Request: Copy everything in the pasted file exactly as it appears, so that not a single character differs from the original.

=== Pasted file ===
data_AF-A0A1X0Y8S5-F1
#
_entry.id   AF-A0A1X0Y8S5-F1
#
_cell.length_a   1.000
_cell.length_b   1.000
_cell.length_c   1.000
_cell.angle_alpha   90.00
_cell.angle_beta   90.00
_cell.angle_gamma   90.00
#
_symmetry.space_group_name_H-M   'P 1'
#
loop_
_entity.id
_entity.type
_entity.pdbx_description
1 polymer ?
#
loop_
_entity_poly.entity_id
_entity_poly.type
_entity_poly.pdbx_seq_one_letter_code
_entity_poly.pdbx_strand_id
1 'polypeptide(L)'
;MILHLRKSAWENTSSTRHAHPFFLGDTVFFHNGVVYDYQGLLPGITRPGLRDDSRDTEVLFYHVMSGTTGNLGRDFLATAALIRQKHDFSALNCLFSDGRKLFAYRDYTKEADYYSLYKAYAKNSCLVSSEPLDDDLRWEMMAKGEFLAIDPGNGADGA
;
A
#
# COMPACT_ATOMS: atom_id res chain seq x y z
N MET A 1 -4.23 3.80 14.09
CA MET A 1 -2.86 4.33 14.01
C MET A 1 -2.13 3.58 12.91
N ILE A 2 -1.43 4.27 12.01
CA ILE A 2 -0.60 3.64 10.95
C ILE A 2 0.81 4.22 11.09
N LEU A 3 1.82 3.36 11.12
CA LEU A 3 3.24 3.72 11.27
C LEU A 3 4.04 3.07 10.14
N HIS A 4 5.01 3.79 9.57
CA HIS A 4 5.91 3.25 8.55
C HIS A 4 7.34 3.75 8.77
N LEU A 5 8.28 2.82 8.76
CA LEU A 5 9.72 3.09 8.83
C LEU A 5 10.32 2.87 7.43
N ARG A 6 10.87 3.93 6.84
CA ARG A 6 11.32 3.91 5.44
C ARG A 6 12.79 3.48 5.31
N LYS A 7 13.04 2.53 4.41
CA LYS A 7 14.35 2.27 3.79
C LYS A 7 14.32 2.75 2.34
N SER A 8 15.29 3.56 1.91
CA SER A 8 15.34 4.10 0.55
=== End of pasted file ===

data_AF-A0A1X0Y8S5-F1
#
_entry.id   AF-A0A1X0Y8S5-F1
#
_cell.length_a   1.000
_cell.length_b   1.000
_cell.length_c   1.000
_cell.angle_alpha   90.00
_cell.angle_beta   90.00
_cell.angle_gamma   90.00
#
_symmetry.space_group_name_H-M   'P 1'
#
loop_
_entity.id
_entity.type
_entity.pdbx_description
1 polymer ?
#
loop_
_entity_poly.entity_id
_entity_poly.type
_entity_poly.pdbx_seq_one_letter_code
_entity_poly.pdbx_strand_id
1 'polypeptide(L)'
;MILHLRKSAWENTSSTRHAHPFFLGDTVFFHNGVVYDYQGLLPGITRPGLRDDSRDTEVLFYHVMSGTTGNLGRDFLATAALIRQKHDFSALNCLFSDGRKLFAYRDYTKEADYYSLYKAYAKNSCLVSSEPLDDDLRWEMMAKGEFLAIDPGNGADGA
;
A
#
# COMPACT_ATOMS: atom_id res chain seq x y z
N MET A 1 -4.23 3.80 14.09
CA MET A 1 -2.86 4.33 14.01
C MET A 1 -2.13 3.58 12.91
N ILE A 2 -1.43 4.27 12.01
CA ILE A 2 -0.60 3.64 10.95
C ILE A 2 0.81 4.22 11.09
N LEU A 3 1.82 3.36 11.12
CA LEU A 3 3.24 3.72 11.27
C LEU A 3 4.04 3.07 10.14
N HIS A 4 5.01 3.79 9.57
CA HIS A 4 5.91 3.25 8.55
C HIS A 4 7.34 3.75 8.77
N LEU A 5 8.28 2.82 8.76
CA LEU A 5 9.72 3.09 8.83
C LEU A 5 10.32 2.87 7.43
N ARG A 6 10.87 3.93 6.84
CA ARG A 6 11.32 3.91 5.44
C ARG A 6 12.79 3.48 5.31
N LYS A 7 13.04 2.53 4.41
CA LYS A 7 14.35 2.27 3.79
C LYS A 7 14.32 2.75 2.34
N SER A 8 15.29 3.56 1.91
CA SER A 8 15.34 4.10 0.55